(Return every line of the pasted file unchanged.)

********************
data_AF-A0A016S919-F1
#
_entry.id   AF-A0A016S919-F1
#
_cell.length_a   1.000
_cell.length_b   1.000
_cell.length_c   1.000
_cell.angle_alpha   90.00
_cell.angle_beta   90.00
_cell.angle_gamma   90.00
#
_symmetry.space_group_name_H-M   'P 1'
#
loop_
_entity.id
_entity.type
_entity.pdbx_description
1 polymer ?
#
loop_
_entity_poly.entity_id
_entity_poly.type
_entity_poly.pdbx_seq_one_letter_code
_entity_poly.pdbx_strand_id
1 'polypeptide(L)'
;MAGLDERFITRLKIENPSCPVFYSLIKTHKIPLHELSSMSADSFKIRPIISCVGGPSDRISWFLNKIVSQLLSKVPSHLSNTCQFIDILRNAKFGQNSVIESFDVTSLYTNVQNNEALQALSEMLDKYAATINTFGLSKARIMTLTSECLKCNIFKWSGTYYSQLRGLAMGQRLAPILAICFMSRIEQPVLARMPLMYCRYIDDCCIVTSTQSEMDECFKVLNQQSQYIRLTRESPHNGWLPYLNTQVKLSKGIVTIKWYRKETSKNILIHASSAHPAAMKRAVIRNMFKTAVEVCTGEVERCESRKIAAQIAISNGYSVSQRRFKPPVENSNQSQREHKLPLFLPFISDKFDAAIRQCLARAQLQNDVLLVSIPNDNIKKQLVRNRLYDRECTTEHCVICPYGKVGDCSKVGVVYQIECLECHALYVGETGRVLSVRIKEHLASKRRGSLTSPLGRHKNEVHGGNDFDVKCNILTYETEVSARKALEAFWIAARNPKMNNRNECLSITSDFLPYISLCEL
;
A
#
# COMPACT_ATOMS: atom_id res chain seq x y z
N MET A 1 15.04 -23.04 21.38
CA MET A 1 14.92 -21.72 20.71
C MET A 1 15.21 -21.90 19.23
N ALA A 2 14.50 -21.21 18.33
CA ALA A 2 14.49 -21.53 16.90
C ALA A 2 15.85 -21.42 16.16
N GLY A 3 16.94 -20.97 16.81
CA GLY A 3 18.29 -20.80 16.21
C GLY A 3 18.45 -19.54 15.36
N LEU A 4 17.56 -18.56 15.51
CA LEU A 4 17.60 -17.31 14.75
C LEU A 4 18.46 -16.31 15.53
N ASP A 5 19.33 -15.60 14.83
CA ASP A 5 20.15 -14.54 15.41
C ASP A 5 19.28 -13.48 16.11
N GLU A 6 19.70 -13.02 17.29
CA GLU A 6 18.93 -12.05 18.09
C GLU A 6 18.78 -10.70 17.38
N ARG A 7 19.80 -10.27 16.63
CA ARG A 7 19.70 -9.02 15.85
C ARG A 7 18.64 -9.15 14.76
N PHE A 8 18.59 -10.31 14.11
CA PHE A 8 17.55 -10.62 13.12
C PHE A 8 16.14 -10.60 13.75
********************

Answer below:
data_AF-A0A016S919-F1
#
_entry.id   AF-A0A016S919-F1
#
_cell.length_a   1.000
_cell.length_b   1.000
_cell.length_c   1.000
_cell.angle_alpha   90.00
_cell.angle_beta   90.00
_cell.angle_gamma   90.00
#
_symmetry.space_group_name_H-M   'P 1'
#
loop_
_entity.id
_entity.type
_entity.pdbx_description
1 polymer ?
#
loop_
_entity_poly.entity_id
_entity_poly.type
_entity_poly.pdbx_seq_one_letter_code
_entity_poly.pdbx_strand_id
1 'polypeptide(L)'
;MAGLDERFITRLKIENPSCPVFYSLIKTHKIPLHELSSMSADSFKIRPIISCVGGPSDRISWFLNKIVSQLLSKVPSHLSNTCQFIDILRNAKFGQNSVIESFDVTSLYTNVQNNEALQALSEMLDKYAATINTFGLSKARIMTLTSECLKCNIFKWSGTYYSQLRGLAMGQRLAPILAICFMSRIEQPVLARMPLMYCRYIDDCCIVTSTQSEMDECFKVLNQQSQYIRLTRESPHNGWLPYLNTQVKLSKGIVTIKWYRKETSKNILIHASSAHPAAMKRAVIRNMFKTAVEVCTGEVERCESRKIAAQIAISNGYSVSQRRFKPPVENSNQSQREHKLPLFLPFISDKFDAAIRQCLARAQLQNDVLLVSIPNDNIKKQLVRNRLYDRECTTEHCVICPYGKVGDCSKVGVVYQIECLECHALYVGETGRVLSVRIKEHLASKRRGSLTSPLGRHKNEVHGGNDFDVKCNILTYETEVSARKALEAFWIAARNPKMNNRNECLSITSDFLPYISLCEL
;
A
#
# COMPACT_ATOMS: atom_id res chain seq x y z
N MET A 1 15.04 -23.04 21.38
CA MET A 1 14.92 -21.72 20.71
C MET A 1 15.21 -21.90 19.23
N ALA A 2 14.50 -21.21 18.33
CA ALA A 2 14.49 -21.53 16.90
C ALA A 2 15.85 -21.42 16.16
N GLY A 3 16.94 -20.97 16.81
CA GLY A 3 18.29 -20.80 16.21
C GLY A 3 18.45 -19.54 15.36
N LEU A 4 17.56 -18.56 15.51
CA LEU A 4 17.60 -17.31 14.75
C LEU A 4 18.46 -16.31 15.53
N ASP A 5 19.33 -15.60 14.83
CA ASP A 5 20.15 -14.54 15.41
C ASP A 5 19.28 -13.48 16.11
N GLU A 6 19.70 -13.02 17.29
CA GLU A 6 18.93 -12.05 18.09
C GLU A 6 18.78 -10.70 17.38
N ARG A 7 19.80 -10.27 16.63
CA ARG A 7 19.70 -9.02 15.85
C ARG A 7 18.64 -9.15 14.76
N PHE A 8 18.59 -10.31 14.11
CA PHE A 8 17.55 -10.62 13.12
C PHE A 8 16.14 -10.60 13.75